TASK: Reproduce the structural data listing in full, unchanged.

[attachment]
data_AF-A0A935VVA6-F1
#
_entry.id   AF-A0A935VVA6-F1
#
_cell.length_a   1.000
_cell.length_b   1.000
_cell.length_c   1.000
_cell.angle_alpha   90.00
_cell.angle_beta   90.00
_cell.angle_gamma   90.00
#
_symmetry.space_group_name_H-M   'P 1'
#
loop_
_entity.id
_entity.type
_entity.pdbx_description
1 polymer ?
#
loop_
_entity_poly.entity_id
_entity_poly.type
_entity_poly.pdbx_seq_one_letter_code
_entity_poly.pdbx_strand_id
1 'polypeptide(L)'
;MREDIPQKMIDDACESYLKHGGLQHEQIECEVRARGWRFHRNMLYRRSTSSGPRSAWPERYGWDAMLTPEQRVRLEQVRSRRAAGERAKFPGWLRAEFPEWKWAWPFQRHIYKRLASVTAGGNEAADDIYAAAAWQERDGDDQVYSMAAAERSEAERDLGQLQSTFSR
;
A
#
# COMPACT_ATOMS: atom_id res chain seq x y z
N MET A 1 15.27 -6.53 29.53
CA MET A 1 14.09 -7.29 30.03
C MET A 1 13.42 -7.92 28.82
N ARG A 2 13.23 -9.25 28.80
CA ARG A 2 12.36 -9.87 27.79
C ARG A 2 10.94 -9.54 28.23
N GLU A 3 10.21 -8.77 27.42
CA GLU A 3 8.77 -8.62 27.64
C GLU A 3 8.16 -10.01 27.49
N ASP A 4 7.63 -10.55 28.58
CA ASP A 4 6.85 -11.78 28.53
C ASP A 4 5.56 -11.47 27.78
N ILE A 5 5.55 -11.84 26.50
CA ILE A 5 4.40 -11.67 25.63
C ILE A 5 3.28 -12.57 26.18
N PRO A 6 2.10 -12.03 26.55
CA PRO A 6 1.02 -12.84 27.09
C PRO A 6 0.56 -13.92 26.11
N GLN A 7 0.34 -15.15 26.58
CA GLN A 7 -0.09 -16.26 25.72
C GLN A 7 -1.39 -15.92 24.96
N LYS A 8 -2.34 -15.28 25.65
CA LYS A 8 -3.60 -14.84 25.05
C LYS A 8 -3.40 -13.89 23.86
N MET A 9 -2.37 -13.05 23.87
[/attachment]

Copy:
data_AF-A0A935VVA6-F1
#
_entry.id   AF-A0A935VVA6-F1
#
_cell.length_a   1.000
_cell.length_b   1.000
_cell.length_c   1.000
_cell.angle_alpha   90.00
_cell.angle_beta   90.00
_cell.angle_gamma   90.00
#
_symmetry.space_group_name_H-M   'P 1'
#
loop_
_entity.id
_entity.type
_entity.pdbx_description
1 polymer ?
#
loop_
_entity_poly.entity_id
_entity_poly.type
_entity_poly.pdbx_seq_one_letter_code
_entity_poly.pdbx_strand_id
1 'polypeptide(L)'
;MREDIPQKMIDDACESYLKHGGLQHEQIECEVRARGWRFHRNMLYRRSTSSGPRSAWPERYGWDAMLTPEQRVRLEQVRSRRAAGERAKFPGWLRAEFPEWKWAWPFQRHIYKRLASVTAGGNEAADDIYAAAAWQERDGDDQVYSMAAAERSEAERDLGQLQSTFSR
;
A
#
# COMPACT_ATOMS: atom_id res chain seq x y z
N MET A 1 15.27 -6.53 29.53
CA MET A 1 14.09 -7.29 30.03
C MET A 1 13.42 -7.92 28.82
N ARG A 2 13.23 -9.25 28.80
CA ARG A 2 12.36 -9.87 27.79
C ARG A 2 10.94 -9.54 28.23
N GLU A 3 10.21 -8.77 27.42
CA GLU A 3 8.77 -8.62 27.64
C GLU A 3 8.16 -10.01 27.49
N ASP A 4 7.63 -10.55 28.58
CA ASP A 4 6.85 -11.78 28.53
C ASP A 4 5.56 -11.47 27.78
N ILE A 5 5.55 -11.84 26.50
CA ILE A 5 4.40 -11.67 25.63
C ILE A 5 3.28 -12.57 26.18
N PRO A 6 2.10 -12.03 26.55
CA PRO A 6 1.02 -12.84 27.09
C PRO A 6 0.56 -13.92 26.11
N GLN A 7 0.34 -15.15 26.58
CA GLN A 7 -0.09 -16.26 25.72
C GLN A 7 -1.39 -15.92 24.96
N LYS A 8 -2.34 -15.28 25.65
CA LYS A 8 -3.60 -14.84 25.05
C LYS A 8 -3.40 -13.89 23.86
N MET A 9 -2.37 -13.05 23.87